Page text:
American Presidents and Their Attitudes, Beliefs, and Actions Surrounding Education and Multiculturalism
Baptiste, H. Prentice, Sanchez, Rebecca, Multicultural Education
A Series of Research Studies in Educational Policy
Examining Presidents George Washington, James K. Polk, and Franklin D. Roosevelt
Understanding the Presidents of the United States, their actions, beliefs, and contradictions, is constructive in understanding our nation's complex societal issues. As a society we inherit the problems, challenges, and legacies of these leaders. Multicultural education and multicultural education theory offer an alternative lens from which to analyze and interpret the actions and inactions of the Presidents.
This lens allows for additional recognition of the roots of contemporary struggles. Geneva Gay describes a primary characteristic of multicultural education: 'Multicultural education is essentially an affective, humanistic, and transformative enterprise situated within the sociocultural, political, and historical contexts of the United States" (Gay, 2004, p. 39).
This historical component, which has been whitewashed to the advantage and preservation of the dominant white culture, becomes increasingly important in order to address the presidential administraof George Washington, James K. Polk, and Franklin D. Roosevelt.
There are several major considerations in terms of multicultural education that can be addressed through a presidential study. First, the actions, policies, and administrative decisions of the presidents have influenced and determined the fate of the citizenry in terms of equality, racism, discrimination, and attitudes about groups. second, the historical legacy and glorification of these same men in educational texts, and the failure to include the often-devastating significance of their actions towards certain groups in historical accounts, has further distorted societal attitudes about multiculturalism in our country.
James Banks argues that it is imperative that ".the curriculum is reconceptualized to help students understand how knowledge is constructed and how it reflects human interests, ideology, and the experiences of the people who create it" (Banks, p. 23). A strange paradox emerges. The same men that we look to as embodiments of the ideals of freedom, leadership, democracy, and equality, are men, who in the cases of Washington, Polk, and F. D. Roosevelt, personally and publicly were unable to live up to the values for which they are idolized.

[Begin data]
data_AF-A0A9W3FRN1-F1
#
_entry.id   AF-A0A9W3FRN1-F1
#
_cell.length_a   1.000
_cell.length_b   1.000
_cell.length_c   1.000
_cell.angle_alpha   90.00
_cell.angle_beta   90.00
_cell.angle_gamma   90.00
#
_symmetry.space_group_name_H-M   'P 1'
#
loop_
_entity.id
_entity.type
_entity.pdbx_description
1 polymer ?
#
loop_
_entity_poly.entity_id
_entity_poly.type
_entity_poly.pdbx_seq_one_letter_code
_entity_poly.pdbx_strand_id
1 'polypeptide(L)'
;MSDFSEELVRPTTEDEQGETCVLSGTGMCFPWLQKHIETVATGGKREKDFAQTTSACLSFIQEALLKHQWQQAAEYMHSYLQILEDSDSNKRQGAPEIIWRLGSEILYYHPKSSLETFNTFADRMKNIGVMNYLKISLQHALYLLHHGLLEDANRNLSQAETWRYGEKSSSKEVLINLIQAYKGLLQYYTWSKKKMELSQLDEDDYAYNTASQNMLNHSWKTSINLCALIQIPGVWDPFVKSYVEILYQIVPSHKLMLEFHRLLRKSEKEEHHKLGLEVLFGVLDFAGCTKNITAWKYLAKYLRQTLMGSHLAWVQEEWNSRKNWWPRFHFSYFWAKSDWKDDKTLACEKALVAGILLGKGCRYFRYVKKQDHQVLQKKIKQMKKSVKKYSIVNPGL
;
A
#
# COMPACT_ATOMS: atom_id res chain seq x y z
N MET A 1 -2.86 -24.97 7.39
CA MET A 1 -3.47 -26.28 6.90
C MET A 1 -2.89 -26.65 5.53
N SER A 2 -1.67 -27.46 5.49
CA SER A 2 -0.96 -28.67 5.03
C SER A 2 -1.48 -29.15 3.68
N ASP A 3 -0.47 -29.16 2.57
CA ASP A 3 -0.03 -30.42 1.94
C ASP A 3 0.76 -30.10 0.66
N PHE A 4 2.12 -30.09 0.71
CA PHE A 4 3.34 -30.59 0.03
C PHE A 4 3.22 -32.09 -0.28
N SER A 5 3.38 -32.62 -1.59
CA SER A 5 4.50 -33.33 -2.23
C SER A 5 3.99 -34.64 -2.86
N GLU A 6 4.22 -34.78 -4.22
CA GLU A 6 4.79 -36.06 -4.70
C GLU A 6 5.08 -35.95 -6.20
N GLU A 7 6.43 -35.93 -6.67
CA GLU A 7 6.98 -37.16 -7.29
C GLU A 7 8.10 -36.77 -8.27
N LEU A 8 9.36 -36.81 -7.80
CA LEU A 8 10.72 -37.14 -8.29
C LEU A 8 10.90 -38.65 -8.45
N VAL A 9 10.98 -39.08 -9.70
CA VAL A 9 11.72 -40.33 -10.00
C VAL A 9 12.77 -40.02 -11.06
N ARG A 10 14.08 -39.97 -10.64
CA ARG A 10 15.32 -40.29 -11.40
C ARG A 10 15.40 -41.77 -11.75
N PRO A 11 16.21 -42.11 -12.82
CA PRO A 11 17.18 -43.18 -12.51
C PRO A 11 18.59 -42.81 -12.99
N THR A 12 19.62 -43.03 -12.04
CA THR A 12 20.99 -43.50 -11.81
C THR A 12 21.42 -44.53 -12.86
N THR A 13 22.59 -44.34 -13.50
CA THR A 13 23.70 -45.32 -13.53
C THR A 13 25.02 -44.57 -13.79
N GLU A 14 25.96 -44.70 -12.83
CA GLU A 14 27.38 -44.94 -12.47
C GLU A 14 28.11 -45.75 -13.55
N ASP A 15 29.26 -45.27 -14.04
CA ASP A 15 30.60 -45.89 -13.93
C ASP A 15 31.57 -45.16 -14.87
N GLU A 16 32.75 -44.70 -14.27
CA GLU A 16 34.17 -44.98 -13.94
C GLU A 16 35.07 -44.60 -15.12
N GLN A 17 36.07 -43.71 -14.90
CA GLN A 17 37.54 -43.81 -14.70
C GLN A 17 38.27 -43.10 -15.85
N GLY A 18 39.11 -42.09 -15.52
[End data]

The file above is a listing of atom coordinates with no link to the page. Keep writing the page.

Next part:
Because of these inconsistencies, and the impact of their administrative policies on all cultural groups in the United States, we are seeking to use a multicultural lens to analyze and historicize in an effort to understand the power of history and historical interpretation in shaping the beliefs and attitudes of a people.
We often speak about American history as if it were something real. But I do not believe in American history: I only believe in American histories.I. object to the way history has been constructed, sanitized, and glorified. (Saenz, p. 137)
This sanitization effect is ever present in our schooling regarding the presidents. Do our textbooks ever really delve into the aristocratic nature of Washington? The assimilistic desires of Polk? Or the neglect of racial issues by F. D. Roosevelt? Moreover, are students of history, in all grades, encouraged to connect the personal attributes of the presidents and executive decisions they made to the complex multicultural dilemmas of their time?
A historical revisitation of our Presidents allows for scrutiny and deeper understanding of their administrations thus helping to situate and contextualize our current racial, ethnic, and cultural dilemmas in education and society at large. Loewen, in his argument surrounding the acquisition of new historical knowledge states, "Understanding our past is central to our ability to understand ourselves and the world around us. We need to know our history" (p. 13). The problem arises when historical …
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Publication information: Article title: American Presidents and Their Attitudes, Beliefs, and Actions Surrounding Education and Multiculturalism. Contributors: Baptiste, H. Prentice - Author, Sanchez, Rebecca - Author. Magazine title: Multicultural Education. Volume: 12. Issue: 1 Publication date: Fall 2004. Page number: 33+. © 2005 Caddo Gap Press. Provided by ProQuest LLC. All Rights Reserved.
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